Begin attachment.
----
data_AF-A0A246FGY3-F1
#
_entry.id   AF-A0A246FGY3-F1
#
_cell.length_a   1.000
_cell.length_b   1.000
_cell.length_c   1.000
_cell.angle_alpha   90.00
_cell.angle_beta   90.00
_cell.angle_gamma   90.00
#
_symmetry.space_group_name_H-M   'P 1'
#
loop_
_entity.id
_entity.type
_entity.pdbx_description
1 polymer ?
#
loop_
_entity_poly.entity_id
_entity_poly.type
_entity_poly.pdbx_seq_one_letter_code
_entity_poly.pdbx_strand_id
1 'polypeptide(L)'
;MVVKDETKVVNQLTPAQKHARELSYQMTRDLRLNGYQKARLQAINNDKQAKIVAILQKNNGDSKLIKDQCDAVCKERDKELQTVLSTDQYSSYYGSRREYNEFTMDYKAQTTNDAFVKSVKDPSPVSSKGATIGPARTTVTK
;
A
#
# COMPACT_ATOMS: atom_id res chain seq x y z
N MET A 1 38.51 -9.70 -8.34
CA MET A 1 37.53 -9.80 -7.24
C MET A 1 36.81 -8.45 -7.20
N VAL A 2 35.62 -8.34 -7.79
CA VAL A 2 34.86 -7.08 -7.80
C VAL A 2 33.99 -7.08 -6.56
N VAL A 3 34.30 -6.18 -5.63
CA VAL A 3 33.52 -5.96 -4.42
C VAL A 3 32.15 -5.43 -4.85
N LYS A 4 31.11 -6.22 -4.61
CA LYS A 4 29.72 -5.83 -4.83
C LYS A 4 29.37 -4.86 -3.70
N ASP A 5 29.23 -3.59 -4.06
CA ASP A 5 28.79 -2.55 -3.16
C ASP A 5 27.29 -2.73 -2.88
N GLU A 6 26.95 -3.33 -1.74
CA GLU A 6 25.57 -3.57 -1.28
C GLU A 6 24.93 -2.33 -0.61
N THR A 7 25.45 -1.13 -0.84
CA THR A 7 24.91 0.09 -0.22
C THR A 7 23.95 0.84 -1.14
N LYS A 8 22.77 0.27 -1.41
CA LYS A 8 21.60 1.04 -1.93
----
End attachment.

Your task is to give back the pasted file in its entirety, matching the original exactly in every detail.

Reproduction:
data_AF-A0A246FGY3-F1
#
_entry.id   AF-A0A246FGY3-F1
#
_cell.length_a   1.000
_cell.length_b   1.000
_cell.length_c   1.000
_cell.angle_alpha   90.00
_cell.angle_beta   90.00
_cell.angle_gamma   90.00
#
_symmetry.space_group_name_H-M   'P 1'
#
loop_
_entity.id
_entity.type
_entity.pdbx_description
1 polymer ?
#
loop_
_entity_poly.entity_id
_entity_poly.type
_entity_poly.pdbx_seq_one_letter_code
_entity_poly.pdbx_strand_id
1 'polypeptide(L)'
;MVVKDETKVVNQLTPAQKHARELSYQMTRDLRLNGYQKARLQAINNDKQAKIVAILQKNNGDSKLIKDQCDAVCKERDKELQTVLSTDQYSSYYGSRREYNEFTMDYKAQTTNDAFVKSVKDPSPVSSKGATIGPARTTVTK
;
A
#
# COMPACT_ATOMS: atom_id res chain seq x y z
N MET A 1 38.51 -9.70 -8.34
CA MET A 1 37.53 -9.80 -7.24
C MET A 1 36.81 -8.45 -7.20
N VAL A 2 35.62 -8.34 -7.79
CA VAL A 2 34.86 -7.08 -7.80
C VAL A 2 33.99 -7.08 -6.56
N VAL A 3 34.30 -6.18 -5.63
CA VAL A 3 33.52 -5.96 -4.42
C VAL A 3 32.15 -5.43 -4.85
N LYS A 4 31.11 -6.22 -4.61
CA LYS A 4 29.72 -5.83 -4.83
C LYS A 4 29.37 -4.86 -3.70
N ASP A 5 29.23 -3.59 -4.06
CA ASP A 5 28.79 -2.55 -3.16
C ASP A 5 27.29 -2.73 -2.88
N GLU A 6 26.95 -3.33 -1.74
CA GLU A 6 25.57 -3.57 -1.28
C GLU A 6 24.93 -2.33 -0.61
N THR A 7 25.45 -1.13 -0.84
CA THR A 7 24.91 0.09 -0.22
C THR A 7 23.95 0.84 -1.14
N LYS A 8 22.77 0.27 -1.41
CA LYS A 8 21.60 1.04 -1.93